Submit Data |  Help |  Video Tutorials |  News |  Publications |  FTP Download |  REST API |  Citing RGD |  Contact   

Proteomic profiling of brain cortex tissues in a Tau transgenic mouse model of Alzheimer's disease.

Authors: Chang, SH  Jung, IS  Han, GY  Kim, NH  Kim, HJ  Kim, CW 
Citation: Chang SH, etal., Biochem Biophys Res Commun. 2013 Jan 11;430(2):670-5. doi: 10.1016/j.bbrc.2012.11.093. Epub 2012 Dec 2.
Pubmed: (View Article at PubMed) PMID:23211594
DOI: Full-text: DOI:10.1016/j.bbrc.2012.11.093

Alzheimer's disease (AD) involves regionalized neuronal death, synaptic loss, and an accumulation of intracellular neurofibrillary tangles and extracellular senile plaques. Although there have been numerous studies on tau proteins and AD in various stages of neurodegenerative disease pathology, the relationship between tau and AD is not yet fully understood. A transgenic mouse model expressing neuron-specific enolase (NSE)-controlled human wild-type tau (NSE-htau23), which displays some of the typical Alzheimer-associated pathological features, was used to analyze the brain proteome associated with tau tangle deposition. Two-dimensional electrophoresis was performed to compare the cortex proteins of transgenic mice (6- and 12-month-old) with those of control mice. Differentially expressed spots in different stages of AD were identified with ESI-Q-TOF (electrospray ionization quadruple time-of-flight) mass spectrometry and liquid chromatography/tandem mass spectrometry. Among the identified proteins, glutathione S-transferase P 1 (GSTP1) and carbonic anhydrase II (CAII) were down-regulated with the progression of AD, and secerin-1 (SCRN1) and V-type proton ATPase subunit E 1 (ATP6VE1) were up-regulated only in the early stages, and down-regulated in the later stages of AD. The proteins, which were further confirmed by RT-PCR at the mRNA level and with western blotting at the protein level, are expected to be good candidates as drug targets for AD. The study of up- and down-regulation of proteins during the progression of AD helps to explain the mechanisms associated with neuronal degeneration in AD.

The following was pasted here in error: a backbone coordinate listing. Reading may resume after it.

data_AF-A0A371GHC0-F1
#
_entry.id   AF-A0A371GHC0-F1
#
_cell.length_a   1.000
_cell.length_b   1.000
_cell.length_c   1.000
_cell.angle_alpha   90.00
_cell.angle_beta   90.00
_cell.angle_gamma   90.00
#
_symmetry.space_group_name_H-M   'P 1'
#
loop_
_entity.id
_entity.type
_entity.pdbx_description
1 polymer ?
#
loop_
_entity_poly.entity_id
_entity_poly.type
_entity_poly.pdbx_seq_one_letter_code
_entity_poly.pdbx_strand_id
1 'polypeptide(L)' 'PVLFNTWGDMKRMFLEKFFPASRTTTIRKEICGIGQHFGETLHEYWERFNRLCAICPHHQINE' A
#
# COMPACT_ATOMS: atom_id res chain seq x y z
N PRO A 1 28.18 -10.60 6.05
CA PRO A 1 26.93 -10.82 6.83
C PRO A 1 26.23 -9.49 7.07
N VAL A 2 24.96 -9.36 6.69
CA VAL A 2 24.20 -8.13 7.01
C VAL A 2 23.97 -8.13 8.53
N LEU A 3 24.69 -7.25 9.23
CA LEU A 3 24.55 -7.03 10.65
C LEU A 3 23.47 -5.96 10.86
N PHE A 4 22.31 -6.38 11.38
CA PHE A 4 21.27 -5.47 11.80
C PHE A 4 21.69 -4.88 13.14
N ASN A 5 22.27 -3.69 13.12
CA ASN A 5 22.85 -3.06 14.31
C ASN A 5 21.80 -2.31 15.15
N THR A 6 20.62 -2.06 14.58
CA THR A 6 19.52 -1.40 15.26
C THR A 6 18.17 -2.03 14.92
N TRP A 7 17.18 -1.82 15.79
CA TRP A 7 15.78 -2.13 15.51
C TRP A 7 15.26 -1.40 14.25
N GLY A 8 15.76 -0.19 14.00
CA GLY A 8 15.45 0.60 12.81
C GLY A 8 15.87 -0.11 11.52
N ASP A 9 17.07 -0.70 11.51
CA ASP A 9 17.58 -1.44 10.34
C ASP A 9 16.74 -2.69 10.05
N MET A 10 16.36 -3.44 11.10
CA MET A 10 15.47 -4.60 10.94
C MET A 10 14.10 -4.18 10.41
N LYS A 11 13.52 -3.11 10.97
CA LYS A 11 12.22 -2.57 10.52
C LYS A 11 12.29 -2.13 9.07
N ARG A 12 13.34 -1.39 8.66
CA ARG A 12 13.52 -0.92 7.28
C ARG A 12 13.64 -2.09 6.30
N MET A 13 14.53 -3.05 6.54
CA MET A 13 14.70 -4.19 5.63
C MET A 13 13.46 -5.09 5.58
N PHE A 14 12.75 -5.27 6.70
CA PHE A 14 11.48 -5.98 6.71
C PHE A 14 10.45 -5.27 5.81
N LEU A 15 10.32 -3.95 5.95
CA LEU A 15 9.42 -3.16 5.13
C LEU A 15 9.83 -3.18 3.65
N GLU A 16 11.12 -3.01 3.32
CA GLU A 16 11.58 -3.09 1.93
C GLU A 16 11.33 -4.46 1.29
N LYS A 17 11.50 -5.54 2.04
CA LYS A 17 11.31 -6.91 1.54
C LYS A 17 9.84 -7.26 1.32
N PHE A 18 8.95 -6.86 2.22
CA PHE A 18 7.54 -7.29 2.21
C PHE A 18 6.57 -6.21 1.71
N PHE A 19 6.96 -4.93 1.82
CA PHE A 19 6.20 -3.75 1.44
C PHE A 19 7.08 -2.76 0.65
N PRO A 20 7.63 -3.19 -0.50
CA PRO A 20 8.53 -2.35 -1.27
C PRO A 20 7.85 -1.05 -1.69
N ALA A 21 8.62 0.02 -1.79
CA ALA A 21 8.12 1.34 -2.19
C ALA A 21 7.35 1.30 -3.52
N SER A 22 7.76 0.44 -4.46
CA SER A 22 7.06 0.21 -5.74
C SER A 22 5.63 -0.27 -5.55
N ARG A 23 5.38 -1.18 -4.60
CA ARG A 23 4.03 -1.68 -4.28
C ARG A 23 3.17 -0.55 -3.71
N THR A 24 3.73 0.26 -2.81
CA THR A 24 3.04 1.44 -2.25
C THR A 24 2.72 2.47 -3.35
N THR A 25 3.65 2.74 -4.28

Annotation

Disease Annotations
Objects Annotated

Additional Information

 
CRRD Object Information
CRRD ID: 10401913
Created: 2015-10-09
Species: All species
Last Modified: 2015-10-09
Status: ACTIVE



NHLBI Logo

RGD is funded by grant HL64541 from the National Heart, Lung, and Blood Institute on behalf of the NIH.